How does your background lend itself to doing JAMS Pathways work?
From my decades-long experience as a trial lawyer, professor teaching dispute resolution, law school dean, and board member of several nonprofits, I know firsthand how time, energy and resources can be zapped by internal conflicts. My focus now as a mediator and facilitator is helping resolve organizational conflict. I’m passionate about solving problems—from the simplest to the most complex—and working with JAMS Pathways allows me to apply the skills I’ve mastered and taught over the years.
What is your motivation for doing JAMS Pathways work?
Serving as a neutral facilitator, where I can use my experience and knowledge to help those in conflict, is incredibly rewarding. Conflict gets in the way of productive work environments. Bringing parties together to find a path forward leads to greater harmony and less stress. I like to get to the root of issues and really explore the possibilities for resolution—seeing all sides and being able to help create tailored solutions is what it is all about.
What are the values that resonate most with you?
The values that I view as most important are neutrality, self-determination, optimism, confidentiality, careful listening and, of course, commitment to resolution.
What are your Pathways-related areas of focus?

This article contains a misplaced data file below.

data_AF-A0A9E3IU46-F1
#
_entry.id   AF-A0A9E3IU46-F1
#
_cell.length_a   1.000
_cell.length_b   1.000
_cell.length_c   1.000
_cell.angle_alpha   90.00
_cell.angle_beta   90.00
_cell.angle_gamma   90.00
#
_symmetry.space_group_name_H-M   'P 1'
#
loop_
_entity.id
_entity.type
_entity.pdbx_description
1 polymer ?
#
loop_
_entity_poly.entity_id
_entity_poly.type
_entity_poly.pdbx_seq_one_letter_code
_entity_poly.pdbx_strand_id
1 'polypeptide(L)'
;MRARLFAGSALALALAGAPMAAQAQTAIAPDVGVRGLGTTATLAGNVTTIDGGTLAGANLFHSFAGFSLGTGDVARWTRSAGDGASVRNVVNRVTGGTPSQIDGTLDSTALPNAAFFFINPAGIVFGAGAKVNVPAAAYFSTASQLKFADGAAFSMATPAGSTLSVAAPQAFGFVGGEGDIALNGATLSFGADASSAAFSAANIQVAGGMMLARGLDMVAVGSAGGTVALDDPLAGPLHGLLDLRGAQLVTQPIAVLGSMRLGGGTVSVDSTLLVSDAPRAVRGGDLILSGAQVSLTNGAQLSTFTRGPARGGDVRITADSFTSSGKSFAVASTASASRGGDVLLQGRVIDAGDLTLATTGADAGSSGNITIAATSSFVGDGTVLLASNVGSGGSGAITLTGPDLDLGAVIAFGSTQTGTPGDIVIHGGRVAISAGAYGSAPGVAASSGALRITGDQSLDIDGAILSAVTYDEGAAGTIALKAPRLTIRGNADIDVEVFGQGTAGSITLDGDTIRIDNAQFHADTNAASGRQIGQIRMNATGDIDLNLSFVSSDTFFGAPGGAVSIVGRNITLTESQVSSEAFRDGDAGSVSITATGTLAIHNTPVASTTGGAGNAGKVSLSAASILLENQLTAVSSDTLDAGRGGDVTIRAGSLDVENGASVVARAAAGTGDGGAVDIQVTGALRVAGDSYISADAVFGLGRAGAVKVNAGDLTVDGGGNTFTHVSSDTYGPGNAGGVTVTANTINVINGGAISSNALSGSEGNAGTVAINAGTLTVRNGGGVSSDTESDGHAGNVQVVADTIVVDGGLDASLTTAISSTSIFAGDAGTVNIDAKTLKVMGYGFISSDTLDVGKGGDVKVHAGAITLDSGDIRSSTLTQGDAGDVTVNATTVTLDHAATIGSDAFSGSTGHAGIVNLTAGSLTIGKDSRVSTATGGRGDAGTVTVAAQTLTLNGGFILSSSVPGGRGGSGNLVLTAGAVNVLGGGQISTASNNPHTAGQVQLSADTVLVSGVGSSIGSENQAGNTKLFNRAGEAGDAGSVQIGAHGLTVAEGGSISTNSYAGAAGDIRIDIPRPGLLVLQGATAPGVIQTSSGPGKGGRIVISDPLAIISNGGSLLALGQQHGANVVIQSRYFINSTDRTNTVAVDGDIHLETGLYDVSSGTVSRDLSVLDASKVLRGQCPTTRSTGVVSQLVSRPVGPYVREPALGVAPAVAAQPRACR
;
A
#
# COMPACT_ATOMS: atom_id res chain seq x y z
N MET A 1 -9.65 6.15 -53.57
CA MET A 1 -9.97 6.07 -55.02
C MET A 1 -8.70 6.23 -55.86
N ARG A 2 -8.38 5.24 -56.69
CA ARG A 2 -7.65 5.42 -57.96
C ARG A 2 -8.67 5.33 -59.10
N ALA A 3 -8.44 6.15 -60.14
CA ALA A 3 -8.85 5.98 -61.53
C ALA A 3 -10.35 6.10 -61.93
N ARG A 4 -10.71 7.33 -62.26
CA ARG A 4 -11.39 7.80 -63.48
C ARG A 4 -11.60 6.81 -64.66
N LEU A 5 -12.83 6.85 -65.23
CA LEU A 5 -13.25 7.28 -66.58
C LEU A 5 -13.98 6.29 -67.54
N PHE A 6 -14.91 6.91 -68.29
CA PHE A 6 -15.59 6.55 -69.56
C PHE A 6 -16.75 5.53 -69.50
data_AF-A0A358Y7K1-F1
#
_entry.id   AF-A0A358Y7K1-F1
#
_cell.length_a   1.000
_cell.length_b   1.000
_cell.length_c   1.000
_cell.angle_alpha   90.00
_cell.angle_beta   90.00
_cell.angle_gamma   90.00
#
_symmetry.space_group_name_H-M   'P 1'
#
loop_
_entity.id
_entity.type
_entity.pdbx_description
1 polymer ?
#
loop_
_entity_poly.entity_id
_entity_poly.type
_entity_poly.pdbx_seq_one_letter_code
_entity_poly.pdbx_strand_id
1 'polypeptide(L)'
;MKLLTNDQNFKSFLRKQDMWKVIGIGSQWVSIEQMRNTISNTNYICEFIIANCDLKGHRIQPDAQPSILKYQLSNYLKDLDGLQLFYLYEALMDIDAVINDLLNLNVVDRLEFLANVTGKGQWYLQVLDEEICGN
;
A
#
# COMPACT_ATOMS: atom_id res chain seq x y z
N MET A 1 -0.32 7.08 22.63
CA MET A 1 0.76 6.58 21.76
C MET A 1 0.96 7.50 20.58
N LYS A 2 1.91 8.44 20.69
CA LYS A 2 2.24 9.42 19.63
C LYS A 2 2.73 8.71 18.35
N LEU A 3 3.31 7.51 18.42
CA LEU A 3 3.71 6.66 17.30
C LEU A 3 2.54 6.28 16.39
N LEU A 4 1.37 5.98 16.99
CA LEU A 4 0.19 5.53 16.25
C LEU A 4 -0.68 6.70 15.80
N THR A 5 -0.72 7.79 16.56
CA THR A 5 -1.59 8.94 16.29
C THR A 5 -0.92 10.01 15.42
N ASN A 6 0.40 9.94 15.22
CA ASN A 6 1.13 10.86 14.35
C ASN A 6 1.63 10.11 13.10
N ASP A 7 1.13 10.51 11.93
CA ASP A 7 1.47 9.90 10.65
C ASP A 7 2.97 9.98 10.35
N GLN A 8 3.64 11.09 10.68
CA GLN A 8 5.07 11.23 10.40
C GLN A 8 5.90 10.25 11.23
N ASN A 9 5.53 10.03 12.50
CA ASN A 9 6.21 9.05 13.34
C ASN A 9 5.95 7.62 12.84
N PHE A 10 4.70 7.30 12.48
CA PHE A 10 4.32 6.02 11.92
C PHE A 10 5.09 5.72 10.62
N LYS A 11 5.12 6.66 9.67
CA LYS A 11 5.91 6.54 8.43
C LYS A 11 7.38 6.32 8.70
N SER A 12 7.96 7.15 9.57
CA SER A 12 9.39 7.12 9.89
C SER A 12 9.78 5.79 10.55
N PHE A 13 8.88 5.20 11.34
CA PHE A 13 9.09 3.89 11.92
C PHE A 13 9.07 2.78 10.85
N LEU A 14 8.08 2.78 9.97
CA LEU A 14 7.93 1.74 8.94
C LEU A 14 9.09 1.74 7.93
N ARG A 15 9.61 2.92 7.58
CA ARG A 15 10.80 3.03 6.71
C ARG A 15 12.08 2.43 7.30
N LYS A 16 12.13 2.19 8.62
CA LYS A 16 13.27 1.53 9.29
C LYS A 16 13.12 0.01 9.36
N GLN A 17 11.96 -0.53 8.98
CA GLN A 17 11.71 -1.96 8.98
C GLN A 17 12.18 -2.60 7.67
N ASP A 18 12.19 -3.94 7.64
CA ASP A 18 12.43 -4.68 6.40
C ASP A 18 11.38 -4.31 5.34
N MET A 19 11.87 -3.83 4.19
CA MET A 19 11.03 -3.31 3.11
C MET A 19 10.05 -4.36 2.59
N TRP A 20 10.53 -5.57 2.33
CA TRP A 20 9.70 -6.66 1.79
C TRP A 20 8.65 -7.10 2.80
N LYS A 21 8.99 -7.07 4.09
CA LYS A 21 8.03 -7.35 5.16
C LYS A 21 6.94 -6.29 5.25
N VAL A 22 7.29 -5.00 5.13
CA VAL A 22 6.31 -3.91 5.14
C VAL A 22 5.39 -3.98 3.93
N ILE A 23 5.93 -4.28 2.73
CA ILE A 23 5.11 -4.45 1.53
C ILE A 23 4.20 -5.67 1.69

I focus on areas in which I have experience: higher education, nonprofit organizations, boards of directors, family businesses and succession. I am familiar with the kinds of disputes that bubble up in these areas, and knowing how to connect with the people involved and understanding the conflicts are both critical.
How would you describe your training style?
In order for training to be relevant, it must be customized to the situational needs of the participants. The more interactive, participatory and focused the training is, the better. Therefore, I have an adaptive style: I consider the goals of the assignment and the participants and place an emphasis on active involvement and engagement.
When did you realize that you would devote your life to helping people overcome conflict and similar challenges?
It began with a post-college year of traveling in Europe and seeing the evolution of architecture from dark, uncomfortable fortresses built to protect against forceful conflict to castles built more for comfort and beauty once the rule of law was established. Seeing this evolution inspired me to go to law school and devote myself to peaceful dispute resolution. On another note, raising strong-willed, competitive, identical-twin daughters tested and honed my conflict resolution skills over the years as well.
What professional accomplishments are you most proud of?
I am most proud of dedicating myself to a career as a mediator and teacher of dispute resolution over 50 years ago, when mediation was confused with meditation and lawyers were prohibited from offering mediation services. Being an early adopter, I was able to help develop the practice of mediation and teach its values and the skills of dispute resolution around the world.
What is the best piece of advice you have received?
In negotiations, as in life, listen more than you talk.
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